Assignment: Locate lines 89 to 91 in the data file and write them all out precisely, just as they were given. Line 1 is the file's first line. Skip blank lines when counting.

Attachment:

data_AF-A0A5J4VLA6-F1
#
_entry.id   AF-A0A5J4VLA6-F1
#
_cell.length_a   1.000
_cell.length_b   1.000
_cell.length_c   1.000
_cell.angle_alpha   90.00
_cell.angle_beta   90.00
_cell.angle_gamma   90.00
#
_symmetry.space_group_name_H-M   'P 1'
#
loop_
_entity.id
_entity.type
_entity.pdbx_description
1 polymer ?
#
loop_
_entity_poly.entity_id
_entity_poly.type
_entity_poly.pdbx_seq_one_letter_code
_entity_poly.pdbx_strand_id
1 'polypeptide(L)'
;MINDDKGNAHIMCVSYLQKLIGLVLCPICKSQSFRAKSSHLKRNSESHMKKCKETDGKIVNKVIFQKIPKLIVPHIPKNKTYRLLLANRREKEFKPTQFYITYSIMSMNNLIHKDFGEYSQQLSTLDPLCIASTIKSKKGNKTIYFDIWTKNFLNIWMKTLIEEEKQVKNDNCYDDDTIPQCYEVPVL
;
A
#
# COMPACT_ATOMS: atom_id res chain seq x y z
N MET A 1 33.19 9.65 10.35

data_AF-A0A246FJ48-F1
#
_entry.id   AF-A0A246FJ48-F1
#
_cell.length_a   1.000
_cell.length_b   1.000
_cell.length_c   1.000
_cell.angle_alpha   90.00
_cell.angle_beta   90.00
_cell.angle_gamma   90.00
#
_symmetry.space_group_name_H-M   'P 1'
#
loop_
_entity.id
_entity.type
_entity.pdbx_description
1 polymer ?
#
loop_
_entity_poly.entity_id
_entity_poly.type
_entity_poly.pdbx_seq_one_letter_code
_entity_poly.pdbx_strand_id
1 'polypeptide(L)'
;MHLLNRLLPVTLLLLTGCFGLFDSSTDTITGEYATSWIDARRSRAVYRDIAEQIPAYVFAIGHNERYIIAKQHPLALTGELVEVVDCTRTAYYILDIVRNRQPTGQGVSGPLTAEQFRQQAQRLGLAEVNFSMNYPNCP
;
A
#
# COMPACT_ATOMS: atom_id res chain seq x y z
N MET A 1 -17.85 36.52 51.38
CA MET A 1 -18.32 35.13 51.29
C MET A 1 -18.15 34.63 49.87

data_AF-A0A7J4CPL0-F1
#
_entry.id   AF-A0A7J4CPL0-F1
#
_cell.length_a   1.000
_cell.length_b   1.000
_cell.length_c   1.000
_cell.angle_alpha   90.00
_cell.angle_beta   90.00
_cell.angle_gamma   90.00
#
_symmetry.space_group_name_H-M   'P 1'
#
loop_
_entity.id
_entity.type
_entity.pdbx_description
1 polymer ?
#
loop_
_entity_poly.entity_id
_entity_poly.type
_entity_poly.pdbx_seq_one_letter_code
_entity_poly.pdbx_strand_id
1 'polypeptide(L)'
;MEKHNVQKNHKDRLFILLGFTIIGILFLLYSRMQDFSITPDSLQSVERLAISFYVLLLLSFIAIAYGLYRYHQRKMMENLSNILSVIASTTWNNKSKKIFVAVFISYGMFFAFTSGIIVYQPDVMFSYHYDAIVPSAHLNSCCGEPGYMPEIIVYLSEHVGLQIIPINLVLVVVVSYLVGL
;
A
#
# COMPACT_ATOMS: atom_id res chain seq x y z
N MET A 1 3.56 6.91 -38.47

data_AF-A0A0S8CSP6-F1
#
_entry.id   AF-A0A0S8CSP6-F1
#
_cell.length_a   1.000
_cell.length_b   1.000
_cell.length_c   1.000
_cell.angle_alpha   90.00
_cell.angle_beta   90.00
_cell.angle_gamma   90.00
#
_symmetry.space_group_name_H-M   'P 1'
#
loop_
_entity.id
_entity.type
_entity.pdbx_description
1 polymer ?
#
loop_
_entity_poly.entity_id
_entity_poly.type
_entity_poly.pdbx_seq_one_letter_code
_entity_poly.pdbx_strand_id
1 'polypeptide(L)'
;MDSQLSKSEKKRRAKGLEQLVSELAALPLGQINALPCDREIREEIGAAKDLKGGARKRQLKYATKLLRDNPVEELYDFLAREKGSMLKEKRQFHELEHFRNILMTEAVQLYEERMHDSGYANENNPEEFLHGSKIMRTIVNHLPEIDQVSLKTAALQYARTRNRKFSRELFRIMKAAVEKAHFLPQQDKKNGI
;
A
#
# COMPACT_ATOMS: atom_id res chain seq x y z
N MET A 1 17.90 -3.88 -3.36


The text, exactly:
1 'polypeptide(L)'
;MEKHNVQKNHKDRLFILLGFTIIGILFLLYSRMQDFSITPDSLQSVERLAISFYVLLLLSFIAIAYGLYRYHQRKMMENLSNILSVIASTTWNNKSKKIFVAVFISYGMFFAFTSGIIVYQPDVMFSYHYDAIVPSAHLNSCCGEPGYMPEIIVYLSEHVGLQIIPINLVLVVVVSYLVGL
;